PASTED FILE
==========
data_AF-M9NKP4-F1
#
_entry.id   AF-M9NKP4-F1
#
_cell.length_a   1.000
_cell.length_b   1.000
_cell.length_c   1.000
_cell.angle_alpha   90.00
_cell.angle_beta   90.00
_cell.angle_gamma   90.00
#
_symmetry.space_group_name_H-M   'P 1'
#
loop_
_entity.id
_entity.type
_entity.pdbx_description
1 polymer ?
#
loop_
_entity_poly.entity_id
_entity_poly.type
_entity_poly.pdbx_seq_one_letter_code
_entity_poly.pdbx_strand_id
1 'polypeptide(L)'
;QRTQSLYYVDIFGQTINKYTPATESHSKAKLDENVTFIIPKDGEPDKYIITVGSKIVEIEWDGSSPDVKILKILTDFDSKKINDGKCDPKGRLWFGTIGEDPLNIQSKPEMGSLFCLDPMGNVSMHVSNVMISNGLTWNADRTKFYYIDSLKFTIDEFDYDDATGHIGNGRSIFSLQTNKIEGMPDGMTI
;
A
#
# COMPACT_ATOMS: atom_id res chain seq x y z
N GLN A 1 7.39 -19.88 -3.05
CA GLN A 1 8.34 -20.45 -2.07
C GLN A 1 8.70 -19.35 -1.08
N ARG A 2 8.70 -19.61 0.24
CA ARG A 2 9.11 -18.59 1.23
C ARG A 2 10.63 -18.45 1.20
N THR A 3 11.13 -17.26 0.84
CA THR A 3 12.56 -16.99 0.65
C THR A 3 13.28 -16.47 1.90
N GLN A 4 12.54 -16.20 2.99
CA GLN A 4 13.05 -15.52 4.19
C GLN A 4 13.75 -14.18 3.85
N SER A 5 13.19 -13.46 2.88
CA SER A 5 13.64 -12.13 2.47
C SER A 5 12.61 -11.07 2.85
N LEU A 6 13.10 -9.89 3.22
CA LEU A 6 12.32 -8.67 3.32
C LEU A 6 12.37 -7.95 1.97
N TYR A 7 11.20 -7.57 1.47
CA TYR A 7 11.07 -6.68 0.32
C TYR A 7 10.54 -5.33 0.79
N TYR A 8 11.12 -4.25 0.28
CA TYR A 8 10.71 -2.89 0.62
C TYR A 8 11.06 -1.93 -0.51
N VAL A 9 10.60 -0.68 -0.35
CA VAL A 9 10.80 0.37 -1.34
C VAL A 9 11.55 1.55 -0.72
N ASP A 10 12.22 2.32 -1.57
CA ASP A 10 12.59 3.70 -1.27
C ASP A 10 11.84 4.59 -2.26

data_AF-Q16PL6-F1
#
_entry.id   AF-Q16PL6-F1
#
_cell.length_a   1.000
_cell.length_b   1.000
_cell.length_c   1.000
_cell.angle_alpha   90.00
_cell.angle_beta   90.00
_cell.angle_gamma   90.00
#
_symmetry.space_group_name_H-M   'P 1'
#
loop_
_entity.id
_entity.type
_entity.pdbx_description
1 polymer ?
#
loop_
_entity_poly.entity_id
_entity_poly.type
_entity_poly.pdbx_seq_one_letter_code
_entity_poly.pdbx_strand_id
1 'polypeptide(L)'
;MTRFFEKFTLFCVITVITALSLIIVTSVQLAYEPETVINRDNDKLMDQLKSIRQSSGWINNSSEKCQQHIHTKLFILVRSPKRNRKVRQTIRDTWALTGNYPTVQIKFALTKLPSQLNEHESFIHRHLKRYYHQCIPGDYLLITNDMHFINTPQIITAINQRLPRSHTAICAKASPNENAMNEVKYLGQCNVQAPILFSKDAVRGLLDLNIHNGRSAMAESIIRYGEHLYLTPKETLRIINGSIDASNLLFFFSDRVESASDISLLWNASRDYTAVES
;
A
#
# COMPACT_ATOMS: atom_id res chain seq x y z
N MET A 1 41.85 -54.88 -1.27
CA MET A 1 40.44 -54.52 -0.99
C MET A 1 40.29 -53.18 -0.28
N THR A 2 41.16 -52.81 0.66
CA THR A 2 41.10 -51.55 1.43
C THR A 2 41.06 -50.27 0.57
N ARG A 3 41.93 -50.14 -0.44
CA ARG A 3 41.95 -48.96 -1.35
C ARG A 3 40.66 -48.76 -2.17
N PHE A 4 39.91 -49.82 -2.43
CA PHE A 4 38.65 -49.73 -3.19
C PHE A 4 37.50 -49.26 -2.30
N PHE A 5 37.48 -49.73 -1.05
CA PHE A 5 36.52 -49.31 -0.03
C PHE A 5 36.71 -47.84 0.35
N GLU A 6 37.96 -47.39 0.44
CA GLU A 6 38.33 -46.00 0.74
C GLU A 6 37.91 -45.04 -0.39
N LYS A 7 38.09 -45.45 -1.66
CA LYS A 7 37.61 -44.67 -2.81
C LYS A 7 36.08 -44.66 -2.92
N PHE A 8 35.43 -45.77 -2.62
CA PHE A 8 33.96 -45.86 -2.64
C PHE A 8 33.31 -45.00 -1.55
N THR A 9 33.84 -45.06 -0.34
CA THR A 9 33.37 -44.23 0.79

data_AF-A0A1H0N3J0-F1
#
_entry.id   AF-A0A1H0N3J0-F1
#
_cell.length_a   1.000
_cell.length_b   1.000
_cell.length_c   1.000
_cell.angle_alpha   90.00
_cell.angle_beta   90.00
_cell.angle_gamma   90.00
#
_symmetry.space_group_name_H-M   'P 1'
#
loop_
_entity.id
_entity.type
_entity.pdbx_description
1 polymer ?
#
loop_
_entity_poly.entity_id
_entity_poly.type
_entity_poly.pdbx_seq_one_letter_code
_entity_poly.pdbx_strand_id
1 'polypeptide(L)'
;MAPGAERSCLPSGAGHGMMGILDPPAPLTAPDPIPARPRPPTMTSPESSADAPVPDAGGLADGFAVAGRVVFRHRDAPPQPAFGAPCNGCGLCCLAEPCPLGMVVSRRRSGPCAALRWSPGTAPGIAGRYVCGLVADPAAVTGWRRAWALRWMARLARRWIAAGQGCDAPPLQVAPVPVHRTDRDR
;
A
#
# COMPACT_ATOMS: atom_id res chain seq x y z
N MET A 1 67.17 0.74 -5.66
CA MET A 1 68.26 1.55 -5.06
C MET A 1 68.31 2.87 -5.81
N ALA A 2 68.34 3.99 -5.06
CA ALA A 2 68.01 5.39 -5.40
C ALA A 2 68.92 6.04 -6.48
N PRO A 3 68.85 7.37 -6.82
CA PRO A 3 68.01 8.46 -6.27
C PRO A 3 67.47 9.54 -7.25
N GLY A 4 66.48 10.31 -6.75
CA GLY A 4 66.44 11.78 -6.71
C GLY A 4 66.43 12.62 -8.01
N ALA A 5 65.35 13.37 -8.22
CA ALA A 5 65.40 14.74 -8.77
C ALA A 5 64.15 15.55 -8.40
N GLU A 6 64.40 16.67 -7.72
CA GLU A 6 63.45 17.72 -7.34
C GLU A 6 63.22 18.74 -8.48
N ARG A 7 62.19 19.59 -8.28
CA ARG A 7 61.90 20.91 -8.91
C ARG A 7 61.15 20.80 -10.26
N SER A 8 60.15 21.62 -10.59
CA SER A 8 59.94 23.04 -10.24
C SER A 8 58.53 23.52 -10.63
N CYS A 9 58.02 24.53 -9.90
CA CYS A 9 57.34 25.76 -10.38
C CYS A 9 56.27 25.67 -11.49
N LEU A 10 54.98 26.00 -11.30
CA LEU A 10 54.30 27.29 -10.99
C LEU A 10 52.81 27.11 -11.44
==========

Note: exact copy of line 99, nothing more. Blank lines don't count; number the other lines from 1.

C ARG A 3 40.66 -48.76 -2.17